Over the past year, there has been a marked rise in feed costs. With feed costs representing around 62 per cent of the total cost of production (based on Alberta Pork’s 2020 Cost of Production study results), ‘business as usual’ is likely not the best way to look at things.
Changes to diets, revisions to herd management practices, revising feed management options, cutting the reproductive herd, or even temporarily shutting the barn doors may have been some of the options that producers have considered so far. Another option that could be considered is altering the targeted marketing weight.
Find below some discussion related to possible implications when making changes to the target marketing weights within the grids to maximize feed savings, while minimizing bonus structure losses. This approach could be a win-win for the producer and packer. It is always a good idea to have that conversation with your packer first, to make sure you are working together.
Combatting high feed costs the traditional way
As the price of feed rises, producers are feeling the pinch, especially if they locked in hog prices months ago that did not take into consideration the higher feed costs seen today.
Many producers are searching to find cheaper alternatives to keep their costs in check. The extent of benefits to altering your diet in an environment of high feed costs largely depends on your ability to switch to less-costly feed alternatives without compromising feed intake or drastically changing nutrient requirements.
This is the time to have a conversation with your nutritionist to consider your options. In addition, producers can review their feed management and herd management strategies to explore the potential for even more feed cost savings.
Could shipping earlier save on feed?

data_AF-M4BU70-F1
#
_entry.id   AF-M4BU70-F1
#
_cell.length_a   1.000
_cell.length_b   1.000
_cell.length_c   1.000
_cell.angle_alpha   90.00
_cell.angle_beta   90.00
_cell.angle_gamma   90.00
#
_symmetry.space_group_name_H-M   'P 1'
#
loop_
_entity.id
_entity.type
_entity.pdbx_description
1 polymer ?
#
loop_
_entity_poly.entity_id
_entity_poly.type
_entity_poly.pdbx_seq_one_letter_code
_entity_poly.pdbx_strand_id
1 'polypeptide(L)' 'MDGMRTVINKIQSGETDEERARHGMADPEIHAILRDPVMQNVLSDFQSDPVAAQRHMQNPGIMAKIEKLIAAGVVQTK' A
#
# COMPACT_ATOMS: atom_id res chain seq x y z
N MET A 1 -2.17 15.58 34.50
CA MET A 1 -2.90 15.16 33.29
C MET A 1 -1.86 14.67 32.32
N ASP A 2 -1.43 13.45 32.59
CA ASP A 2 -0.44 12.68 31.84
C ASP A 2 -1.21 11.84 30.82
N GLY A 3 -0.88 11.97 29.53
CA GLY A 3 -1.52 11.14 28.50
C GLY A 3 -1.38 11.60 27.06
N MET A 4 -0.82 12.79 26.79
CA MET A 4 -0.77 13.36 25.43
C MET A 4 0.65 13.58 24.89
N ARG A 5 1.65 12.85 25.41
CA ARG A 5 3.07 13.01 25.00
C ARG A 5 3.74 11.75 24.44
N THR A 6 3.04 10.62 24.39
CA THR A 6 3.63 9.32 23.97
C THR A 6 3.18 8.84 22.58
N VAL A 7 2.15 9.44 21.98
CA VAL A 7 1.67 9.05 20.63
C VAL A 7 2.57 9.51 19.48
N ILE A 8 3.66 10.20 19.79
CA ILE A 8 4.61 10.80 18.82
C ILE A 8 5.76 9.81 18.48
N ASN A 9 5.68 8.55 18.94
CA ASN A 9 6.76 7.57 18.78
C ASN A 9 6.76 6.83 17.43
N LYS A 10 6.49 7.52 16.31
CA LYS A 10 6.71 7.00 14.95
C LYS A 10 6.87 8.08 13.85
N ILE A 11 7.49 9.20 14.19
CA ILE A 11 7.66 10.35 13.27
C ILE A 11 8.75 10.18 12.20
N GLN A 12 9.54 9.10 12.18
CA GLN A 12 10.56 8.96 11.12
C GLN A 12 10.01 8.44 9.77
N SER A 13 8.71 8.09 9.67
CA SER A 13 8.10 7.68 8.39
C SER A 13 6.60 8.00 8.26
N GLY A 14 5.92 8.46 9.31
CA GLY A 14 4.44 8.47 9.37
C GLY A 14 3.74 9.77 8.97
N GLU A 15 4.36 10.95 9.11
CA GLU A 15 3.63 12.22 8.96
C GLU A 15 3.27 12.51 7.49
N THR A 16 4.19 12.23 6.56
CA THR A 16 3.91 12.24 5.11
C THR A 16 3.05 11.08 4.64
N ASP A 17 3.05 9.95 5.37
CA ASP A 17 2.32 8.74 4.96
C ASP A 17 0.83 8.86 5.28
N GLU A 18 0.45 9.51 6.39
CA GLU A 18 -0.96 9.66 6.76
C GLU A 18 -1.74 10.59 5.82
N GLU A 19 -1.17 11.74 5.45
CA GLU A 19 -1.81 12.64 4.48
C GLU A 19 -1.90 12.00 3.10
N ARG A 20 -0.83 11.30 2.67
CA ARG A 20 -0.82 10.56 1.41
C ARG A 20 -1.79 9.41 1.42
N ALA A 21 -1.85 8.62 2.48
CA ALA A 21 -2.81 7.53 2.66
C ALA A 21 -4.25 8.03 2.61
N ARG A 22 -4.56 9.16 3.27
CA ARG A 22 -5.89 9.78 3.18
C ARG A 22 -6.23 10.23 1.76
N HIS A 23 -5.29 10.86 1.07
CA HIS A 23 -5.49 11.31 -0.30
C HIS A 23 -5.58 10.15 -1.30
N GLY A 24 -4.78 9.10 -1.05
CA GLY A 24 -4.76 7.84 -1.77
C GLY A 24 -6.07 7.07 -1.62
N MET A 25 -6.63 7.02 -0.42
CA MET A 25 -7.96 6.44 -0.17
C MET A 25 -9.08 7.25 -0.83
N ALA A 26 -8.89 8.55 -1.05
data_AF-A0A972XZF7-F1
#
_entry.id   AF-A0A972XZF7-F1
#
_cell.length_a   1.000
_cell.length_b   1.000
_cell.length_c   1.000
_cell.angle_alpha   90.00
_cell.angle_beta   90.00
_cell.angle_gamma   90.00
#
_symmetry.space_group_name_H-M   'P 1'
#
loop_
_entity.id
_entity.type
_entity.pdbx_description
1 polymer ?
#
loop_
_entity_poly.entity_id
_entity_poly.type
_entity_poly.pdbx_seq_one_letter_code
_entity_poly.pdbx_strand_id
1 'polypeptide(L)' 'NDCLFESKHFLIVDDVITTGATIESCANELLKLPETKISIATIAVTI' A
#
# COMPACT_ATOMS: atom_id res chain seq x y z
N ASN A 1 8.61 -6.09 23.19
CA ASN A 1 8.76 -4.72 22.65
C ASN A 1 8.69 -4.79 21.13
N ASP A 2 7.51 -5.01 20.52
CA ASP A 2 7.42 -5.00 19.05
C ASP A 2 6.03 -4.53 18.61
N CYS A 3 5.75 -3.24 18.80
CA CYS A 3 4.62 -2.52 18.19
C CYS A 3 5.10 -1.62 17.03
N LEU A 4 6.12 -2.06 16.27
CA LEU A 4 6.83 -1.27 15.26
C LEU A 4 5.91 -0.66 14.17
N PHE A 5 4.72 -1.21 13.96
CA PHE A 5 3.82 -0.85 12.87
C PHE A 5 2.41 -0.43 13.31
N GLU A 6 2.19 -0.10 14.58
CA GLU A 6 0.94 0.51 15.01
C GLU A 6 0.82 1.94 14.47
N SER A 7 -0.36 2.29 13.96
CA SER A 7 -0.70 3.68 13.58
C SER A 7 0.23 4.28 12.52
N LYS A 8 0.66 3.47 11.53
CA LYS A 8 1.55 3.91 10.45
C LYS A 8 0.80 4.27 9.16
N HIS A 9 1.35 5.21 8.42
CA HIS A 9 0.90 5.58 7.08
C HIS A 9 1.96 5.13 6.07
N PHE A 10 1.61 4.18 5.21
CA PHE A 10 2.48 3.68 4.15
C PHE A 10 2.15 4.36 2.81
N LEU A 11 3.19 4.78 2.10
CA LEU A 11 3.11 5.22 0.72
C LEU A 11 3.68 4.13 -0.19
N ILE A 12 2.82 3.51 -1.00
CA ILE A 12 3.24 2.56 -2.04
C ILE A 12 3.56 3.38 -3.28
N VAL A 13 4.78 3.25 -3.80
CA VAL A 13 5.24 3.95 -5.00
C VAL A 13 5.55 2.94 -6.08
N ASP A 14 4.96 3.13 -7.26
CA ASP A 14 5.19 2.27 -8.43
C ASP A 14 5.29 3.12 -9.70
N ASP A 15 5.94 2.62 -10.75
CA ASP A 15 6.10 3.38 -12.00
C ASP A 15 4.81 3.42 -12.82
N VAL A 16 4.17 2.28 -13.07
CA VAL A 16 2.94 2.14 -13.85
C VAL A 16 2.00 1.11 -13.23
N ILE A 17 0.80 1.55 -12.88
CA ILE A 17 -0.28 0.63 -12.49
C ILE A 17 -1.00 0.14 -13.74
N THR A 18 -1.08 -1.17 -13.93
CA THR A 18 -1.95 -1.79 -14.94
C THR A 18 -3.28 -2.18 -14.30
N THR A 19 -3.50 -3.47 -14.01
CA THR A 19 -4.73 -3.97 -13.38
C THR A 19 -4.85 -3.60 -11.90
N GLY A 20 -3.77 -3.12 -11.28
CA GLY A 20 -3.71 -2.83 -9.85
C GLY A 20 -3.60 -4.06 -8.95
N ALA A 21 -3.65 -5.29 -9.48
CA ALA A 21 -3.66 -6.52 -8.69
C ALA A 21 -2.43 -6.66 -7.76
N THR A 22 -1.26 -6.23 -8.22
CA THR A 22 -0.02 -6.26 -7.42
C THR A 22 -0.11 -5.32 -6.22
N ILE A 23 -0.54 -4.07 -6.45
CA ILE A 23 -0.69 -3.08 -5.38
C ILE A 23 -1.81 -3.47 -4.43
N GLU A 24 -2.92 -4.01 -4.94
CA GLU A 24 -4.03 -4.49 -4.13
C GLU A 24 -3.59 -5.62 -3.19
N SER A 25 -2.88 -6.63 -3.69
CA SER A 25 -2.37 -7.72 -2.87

As more days are added to the finisher stage, average daily gain decreases. You, the producer, must decide whether feeding the finisher hog longer to achieve incrementally less lean gain is economically sound. This is where the feed cost and hog value determine the direction to take. What happens if hogs are shipped a week earlier than normal? How much feed could be saved versus the dollars potentially lost in hog value?
Alberta Pork’s estimates indicate that if a producer targets 128 kg live weight or around 102 kg dressed, it would take approximately 121 days to feed a hog a total of 319 kg of feed. Targeting an earlier marketing date of about a week could result in the marketing of a 121 kg live weight or 97 kg carcass hog and would result in feed savings of 26 kg per hog.
Relationship between target weight and feed consumption
Technically, it is possible to save on feed if there is a slight adjustment to shipping dates, but are the feed cost savings enough to noticeably lower your cost of production and offset any loss in revenue?
For more information on the data shown here, please contact Bijon Brown, Production Economist, Alberta Pork by email at email@example.com or by phone at 780-440-8460, toll-free at 1-877-247-PORK (7675).
If you have any further questions about this article, please contact Darcy Fitzgerald, Executive Director, Alberta Pork by email at firstname.lastname@example.org or by phone at 780-491-3529, toll-free at 1-877-247-PORK (7675).